Outbound Labs – Our Compass in the Storm of Rapid Change
Kenny Mackenzie, Chief Product Officer
22 October 2019
Outbound sales can be a fickle practice. Just when you think you’re onto something and you start getting some hard-won traction…things change.
No matter how strong your value proposition and how fine-tuned your knowledge of your market (or markets) is, what worked well in outbound today won’t necessarily work well months or years down the road. And, of course, what worked well months or years ago probably won’t work well today.
Case in point: when Aaron first published Predictable Revenue he wrote that a trained SDR could expect about a 7% conversion rate from email to booked meeting. Today, 0.7% is a decent conversion for the same metric. That’s right, 0.7%.
It’s survival of the fittest out there – to stay ahead in the fluid world of outbound sales, and keep that pipeline full of qualified opportunities, you have to experiment, stay nimble, and adapt quickly.
Failure to do so will leave you behind.
The foundations of outbound
Outbound sales is made up of four distinct pillars:
- Targeting (the publicly identifiable attributes you use to define and isolate your market, the methods you use to build lists, and the methods you identify the right person at the right time)
- Messaging (what you say to prospects so they see you as the way to solve their problems)
- Channels (the avenues you employ to share your messaging – phone, email, social media, direct mail, targeted ads etc.)
- Tactics (the tools you use, the automation you employ, the sales process you design, your sales team’s composition, and your rep’s various specializations)
The former pillars, targeting and messaging, can vary slightly from prospect to prospect. Every target has their preferences, and outbound professionals should do their best to accommodate those.
The latter pillars, channel and tactics, are broader in scope and vary from market to market. Some verticals are simply more used to prospecting than others; as such, they are comfortable receiving sales emails and sitting in on demos. Other verticals, however, are less advanced and prefer face-to-face sales.
All four of these pillars, of course, evolve over time.
To best serve the latter two examples (channels and tactics), this year we created a new internal innovation program at Predictable Revenue called Outbound Labs to drive continuous improvement of our service.
(Editor’s note: you may have heard about another of our outbound innovation programs called Outbound Validation. For more on that cutting-edge program, click here)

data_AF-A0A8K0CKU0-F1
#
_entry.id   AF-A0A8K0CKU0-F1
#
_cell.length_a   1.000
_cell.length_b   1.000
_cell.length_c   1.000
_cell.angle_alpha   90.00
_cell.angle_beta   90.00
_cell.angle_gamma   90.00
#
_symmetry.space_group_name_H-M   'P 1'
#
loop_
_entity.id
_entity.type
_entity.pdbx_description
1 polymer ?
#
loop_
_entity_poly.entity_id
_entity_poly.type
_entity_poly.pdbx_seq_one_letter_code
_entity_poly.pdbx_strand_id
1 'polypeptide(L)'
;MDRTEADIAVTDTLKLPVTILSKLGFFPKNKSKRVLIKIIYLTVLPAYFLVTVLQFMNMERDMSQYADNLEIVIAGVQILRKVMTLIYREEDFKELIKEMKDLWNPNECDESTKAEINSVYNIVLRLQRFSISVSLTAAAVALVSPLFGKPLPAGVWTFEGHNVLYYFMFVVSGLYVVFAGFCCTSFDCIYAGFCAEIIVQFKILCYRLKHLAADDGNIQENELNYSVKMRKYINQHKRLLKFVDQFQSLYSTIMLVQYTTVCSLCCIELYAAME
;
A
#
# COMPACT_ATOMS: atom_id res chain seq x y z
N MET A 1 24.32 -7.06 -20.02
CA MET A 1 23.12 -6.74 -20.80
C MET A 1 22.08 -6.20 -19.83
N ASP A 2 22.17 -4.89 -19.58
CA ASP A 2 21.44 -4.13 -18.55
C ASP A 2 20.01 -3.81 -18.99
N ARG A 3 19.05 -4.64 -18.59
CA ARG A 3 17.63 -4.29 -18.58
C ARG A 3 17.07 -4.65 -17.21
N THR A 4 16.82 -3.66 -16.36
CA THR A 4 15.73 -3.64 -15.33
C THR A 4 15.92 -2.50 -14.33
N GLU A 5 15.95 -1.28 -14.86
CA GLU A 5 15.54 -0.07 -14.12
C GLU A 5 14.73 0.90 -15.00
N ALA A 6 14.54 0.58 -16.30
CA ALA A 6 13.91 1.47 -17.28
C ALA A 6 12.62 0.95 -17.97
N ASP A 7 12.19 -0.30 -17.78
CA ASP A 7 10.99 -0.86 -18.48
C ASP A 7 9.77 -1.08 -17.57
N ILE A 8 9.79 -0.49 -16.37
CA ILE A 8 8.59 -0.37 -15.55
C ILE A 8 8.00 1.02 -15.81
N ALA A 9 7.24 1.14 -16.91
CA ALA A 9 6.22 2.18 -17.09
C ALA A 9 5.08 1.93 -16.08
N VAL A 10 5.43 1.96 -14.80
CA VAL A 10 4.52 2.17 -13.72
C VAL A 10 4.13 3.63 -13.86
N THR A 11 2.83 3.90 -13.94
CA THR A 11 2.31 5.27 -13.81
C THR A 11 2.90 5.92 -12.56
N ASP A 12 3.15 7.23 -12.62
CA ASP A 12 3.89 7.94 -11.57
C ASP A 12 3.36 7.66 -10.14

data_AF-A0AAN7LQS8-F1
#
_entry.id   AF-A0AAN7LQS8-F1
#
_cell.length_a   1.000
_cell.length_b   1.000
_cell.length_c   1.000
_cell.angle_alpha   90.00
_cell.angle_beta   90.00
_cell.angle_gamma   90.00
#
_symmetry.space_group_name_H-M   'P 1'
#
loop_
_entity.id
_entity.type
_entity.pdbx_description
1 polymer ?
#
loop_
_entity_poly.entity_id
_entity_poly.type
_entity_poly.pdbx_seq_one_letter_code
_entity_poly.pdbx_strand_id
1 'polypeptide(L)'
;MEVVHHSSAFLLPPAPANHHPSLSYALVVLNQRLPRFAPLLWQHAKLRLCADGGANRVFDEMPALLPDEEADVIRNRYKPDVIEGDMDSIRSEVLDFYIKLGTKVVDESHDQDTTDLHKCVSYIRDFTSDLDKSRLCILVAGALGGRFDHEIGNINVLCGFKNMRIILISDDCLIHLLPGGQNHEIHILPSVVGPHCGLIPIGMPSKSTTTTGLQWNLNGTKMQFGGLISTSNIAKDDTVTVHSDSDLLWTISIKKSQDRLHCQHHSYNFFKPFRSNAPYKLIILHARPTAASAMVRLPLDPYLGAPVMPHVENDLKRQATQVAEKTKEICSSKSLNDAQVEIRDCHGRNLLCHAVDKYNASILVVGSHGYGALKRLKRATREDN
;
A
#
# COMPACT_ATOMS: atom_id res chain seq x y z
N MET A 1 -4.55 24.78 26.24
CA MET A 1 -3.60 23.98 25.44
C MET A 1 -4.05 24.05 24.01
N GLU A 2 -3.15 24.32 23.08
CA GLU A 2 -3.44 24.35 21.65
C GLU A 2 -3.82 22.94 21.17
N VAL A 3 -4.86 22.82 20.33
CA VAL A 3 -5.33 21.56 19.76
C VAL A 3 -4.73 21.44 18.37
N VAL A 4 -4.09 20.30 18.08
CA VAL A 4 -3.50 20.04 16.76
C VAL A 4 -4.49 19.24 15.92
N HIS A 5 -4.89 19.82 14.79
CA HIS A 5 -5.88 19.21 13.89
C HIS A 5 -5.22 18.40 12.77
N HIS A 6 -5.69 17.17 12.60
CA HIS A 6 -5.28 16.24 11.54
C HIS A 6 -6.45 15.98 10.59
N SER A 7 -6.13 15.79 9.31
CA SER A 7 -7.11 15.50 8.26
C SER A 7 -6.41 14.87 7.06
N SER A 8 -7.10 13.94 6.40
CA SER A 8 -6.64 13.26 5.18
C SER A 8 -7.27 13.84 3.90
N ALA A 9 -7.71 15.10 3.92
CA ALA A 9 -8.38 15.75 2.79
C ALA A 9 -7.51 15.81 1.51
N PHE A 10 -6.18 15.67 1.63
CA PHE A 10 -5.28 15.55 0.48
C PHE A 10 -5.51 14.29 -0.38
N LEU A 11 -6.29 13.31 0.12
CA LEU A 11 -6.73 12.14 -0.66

Think of Outbound Labs as an incubator for both channel and tactical experiments. For example, each month, we systematically analyze the problems and bottlenecks we’re experiencing when connecting with our clients’ markets.
Is there a specific channel that is underperforming? Is there a new tactic we can employ to get better results? What new trends in the prospecting world discussing that we should investigate?
These are just a sample of the questions we ask each month before we incorporate new channel and tactical experiments. At Predictable Revenue, we subscribe to an 80/20 rule when it comes to innovation: we spend about 80% of our time keenly focused on the tactics and channels that we know work and drive results for our clients, and about 20% of our time experimenting with new approaches (organized via our Outbound Labs program) in the hopes that some of them work and we can standardize the new practice across our company.
Some of what we learn is directly relevant to how we operate and doesn’t make much sense to share publicly. Sometimes though, what we learn we think can be very useful for anyone doing outbound, so we publish it on our website.
For instance, last spring we ran over 30 experiments that tested various ideas we had about what could impact email deliverability. We shared a lot of what we learned here.
The importance of predictability
To standardize new tactics and channels, however, requires an exercise in predictability. When we first test a new channel or tactic and the results are positive, we test again. And then we test again. A positive result in one campaign is tested in at least 5 more campaigns before we begin incorporating the idea in our standard offerings.
Alternatively, a test that yields a negative result in a campaign isn’t necessarily given up on either. We can continue to iterate, test, and measure if a new channel or tactic just doesn’t seem quite right. We do all this by following the scientific method, documenting our processes, and sharing results across our team.
Because that’s how you stay ahead in outbound sales – navigating the new and unknown, while simultaneously optimizing what works great. It’s why we created Outbound Labs, and it’s how we continuously refine our approaches to help our clients achieve predictable revenue.
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